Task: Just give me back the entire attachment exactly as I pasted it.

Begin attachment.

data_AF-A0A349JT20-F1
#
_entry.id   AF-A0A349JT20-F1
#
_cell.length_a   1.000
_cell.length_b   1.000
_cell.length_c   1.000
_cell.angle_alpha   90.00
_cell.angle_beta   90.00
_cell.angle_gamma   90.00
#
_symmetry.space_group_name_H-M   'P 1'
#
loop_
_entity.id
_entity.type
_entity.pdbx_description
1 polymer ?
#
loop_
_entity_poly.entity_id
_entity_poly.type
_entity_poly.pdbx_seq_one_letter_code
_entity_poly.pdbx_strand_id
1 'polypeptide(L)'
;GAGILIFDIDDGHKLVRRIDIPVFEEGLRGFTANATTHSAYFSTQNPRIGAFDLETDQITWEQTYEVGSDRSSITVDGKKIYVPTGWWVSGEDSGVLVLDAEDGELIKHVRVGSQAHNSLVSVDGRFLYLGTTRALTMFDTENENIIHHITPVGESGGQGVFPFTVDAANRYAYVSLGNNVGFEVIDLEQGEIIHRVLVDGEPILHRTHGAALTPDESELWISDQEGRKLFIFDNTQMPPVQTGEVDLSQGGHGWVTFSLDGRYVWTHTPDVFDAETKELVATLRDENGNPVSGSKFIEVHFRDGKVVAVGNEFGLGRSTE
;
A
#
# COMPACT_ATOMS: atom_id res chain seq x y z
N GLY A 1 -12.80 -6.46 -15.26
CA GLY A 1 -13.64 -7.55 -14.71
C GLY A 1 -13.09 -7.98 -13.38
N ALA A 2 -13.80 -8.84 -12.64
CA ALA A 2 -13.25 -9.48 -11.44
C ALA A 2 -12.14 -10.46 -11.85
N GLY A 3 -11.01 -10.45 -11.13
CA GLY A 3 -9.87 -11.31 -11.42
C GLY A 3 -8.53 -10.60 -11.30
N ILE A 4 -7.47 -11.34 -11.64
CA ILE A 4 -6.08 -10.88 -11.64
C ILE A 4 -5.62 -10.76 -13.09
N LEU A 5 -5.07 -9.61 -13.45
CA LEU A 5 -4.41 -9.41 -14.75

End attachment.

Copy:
data_AF-A0A349JT20-F1
#
_entry.id   AF-A0A349JT20-F1
#
_cell.length_a   1.000
_cell.length_b   1.000
_cell.length_c   1.000
_cell.angle_alpha   90.00
_cell.angle_beta   90.00
_cell.angle_gamma   90.00
#
_symmetry.space_group_name_H-M   'P 1'
#
loop_
_entity.id
_entity.type
_entity.pdbx_description
1 polymer ?
#
loop_
_entity_poly.entity_id
_entity_poly.type
_entity_poly.pdbx_seq_one_letter_code
_entity_poly.pdbx_strand_id
1 'polypeptide(L)'
;GAGILIFDIDDGHKLVRRIDIPVFEEGLRGFTANATTHSAYFSTQNPRIGAFDLETDQITWEQTYEVGSDRSSITVDGKKIYVPTGWWVSGEDSGVLVLDAEDGELIKHVRVGSQAHNSLVSVDGRFLYLGTTRALTMFDTENENIIHHITPVGESGGQGVFPFTVDAANRYAYVSLGNNVGFEVIDLEQGEIIHRVLVDGEPILHRTHGAALTPDESELWISDQEGRKLFIFDNTQMPPVQTGEVDLSQGGHGWVTFSLDGRYVWTHTPDVFDAETKELVATLRDENGNPVSGSKFIEVHFRDGKVVAVGNEFGLGRSTE
;
A
#
# COMPACT_ATOMS: atom_id res chain seq x y z
N GLY A 1 -12.80 -6.46 -15.26
CA GLY A 1 -13.64 -7.55 -14.71
C GLY A 1 -13.09 -7.98 -13.38
N ALA A 2 -13.80 -8.84 -12.64
CA ALA A 2 -13.25 -9.48 -11.44
C ALA A 2 -12.14 -10.46 -11.85
N GLY A 3 -11.01 -10.45 -11.13
CA GLY A 3 -9.87 -11.31 -11.42
C GLY A 3 -8.53 -10.60 -11.30
N ILE A 4 -7.47 -11.34 -11.64
CA ILE A 4 -6.08 -10.88 -11.64
C ILE A 4 -5.62 -10.76 -13.09
N LEU A 5 -5.07 -9.61 -13.45
CA LEU A 5 -4.41 -9.41 -14.75